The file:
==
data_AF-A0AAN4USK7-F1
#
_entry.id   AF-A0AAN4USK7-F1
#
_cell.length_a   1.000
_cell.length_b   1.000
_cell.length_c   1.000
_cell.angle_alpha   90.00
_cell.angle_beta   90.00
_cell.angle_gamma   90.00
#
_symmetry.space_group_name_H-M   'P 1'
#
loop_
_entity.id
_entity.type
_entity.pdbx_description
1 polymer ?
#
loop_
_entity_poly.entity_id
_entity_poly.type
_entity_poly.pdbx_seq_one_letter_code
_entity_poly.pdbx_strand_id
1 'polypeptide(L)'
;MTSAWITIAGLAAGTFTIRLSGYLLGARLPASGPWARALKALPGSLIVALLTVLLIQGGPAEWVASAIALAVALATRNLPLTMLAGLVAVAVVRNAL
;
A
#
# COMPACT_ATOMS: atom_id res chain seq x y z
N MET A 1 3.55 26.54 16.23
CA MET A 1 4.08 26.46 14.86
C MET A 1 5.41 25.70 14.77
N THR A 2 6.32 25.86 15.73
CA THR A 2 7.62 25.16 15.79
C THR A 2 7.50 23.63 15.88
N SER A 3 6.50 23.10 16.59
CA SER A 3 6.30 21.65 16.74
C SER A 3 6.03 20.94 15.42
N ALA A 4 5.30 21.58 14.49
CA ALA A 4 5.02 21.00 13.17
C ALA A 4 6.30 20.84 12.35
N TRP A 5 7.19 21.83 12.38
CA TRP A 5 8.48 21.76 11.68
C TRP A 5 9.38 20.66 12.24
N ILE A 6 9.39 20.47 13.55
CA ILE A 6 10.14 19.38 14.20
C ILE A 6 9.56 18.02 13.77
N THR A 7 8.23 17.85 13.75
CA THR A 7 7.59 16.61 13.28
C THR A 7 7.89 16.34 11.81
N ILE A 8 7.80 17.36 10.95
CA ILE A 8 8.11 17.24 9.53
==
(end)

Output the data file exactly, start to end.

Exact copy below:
data_AF-A0AAN4USK7-F1
#
_entry.id   AF-A0AAN4USK7-F1
#
_cell.length_a   1.000
_cell.length_b   1.000
_cell.length_c   1.000
_cell.angle_alpha   90.00
_cell.angle_beta   90.00
_cell.angle_gamma   90.00
#
_symmetry.space_group_name_H-M   'P 1'
#
loop_
_entity.id
_entity.type
_entity.pdbx_description
1 polymer ?
#
loop_
_entity_poly.entity_id
_entity_poly.type
_entity_poly.pdbx_seq_one_letter_code
_entity_poly.pdbx_strand_id
1 'polypeptide(L)'
;MTSAWITIAGLAAGTFTIRLSGYLLGARLPASGPWARALKALPGSLIVALLTVLLIQGGPAEWVASAIALAVALATRNLPLTMLAGLVAVAVVRNAL
;
A
#
# COMPACT_ATOMS: atom_id res chain seq x y z
N MET A 1 3.55 26.54 16.23
CA MET A 1 4.08 26.46 14.86
C MET A 1 5.41 25.70 14.77
N THR A 2 6.32 25.86 15.73
CA THR A 2 7.62 25.16 15.79
C THR A 2 7.50 23.63 15.88
N SER A 3 6.50 23.10 16.59
CA SER A 3 6.30 21.65 16.74
C SER A 3 6.03 20.94 15.42
N ALA A 4 5.30 21.58 14.49
CA ALA A 4 5.02 21.00 13.17
C ALA A 4 6.30 20.84 12.35
N TRP A 5 7.19 21.83 12.38
CA TRP A 5 8.48 21.76 11.68
C TRP A 5 9.38 20.66 12.24
N ILE A 6 9.39 20.47 13.55
CA ILE A 6 10.14 19.38 14.20
C ILE A 6 9.56 18.02 13.77
N THR A 7 8.23 17.85 13.75
CA THR A 7 7.59 16.61 13.28
C THR A 7 7.89 16.34 11.81
N ILE A 8 7.80 17.36 10.95
CA ILE A 8 8.11 17.24 9.53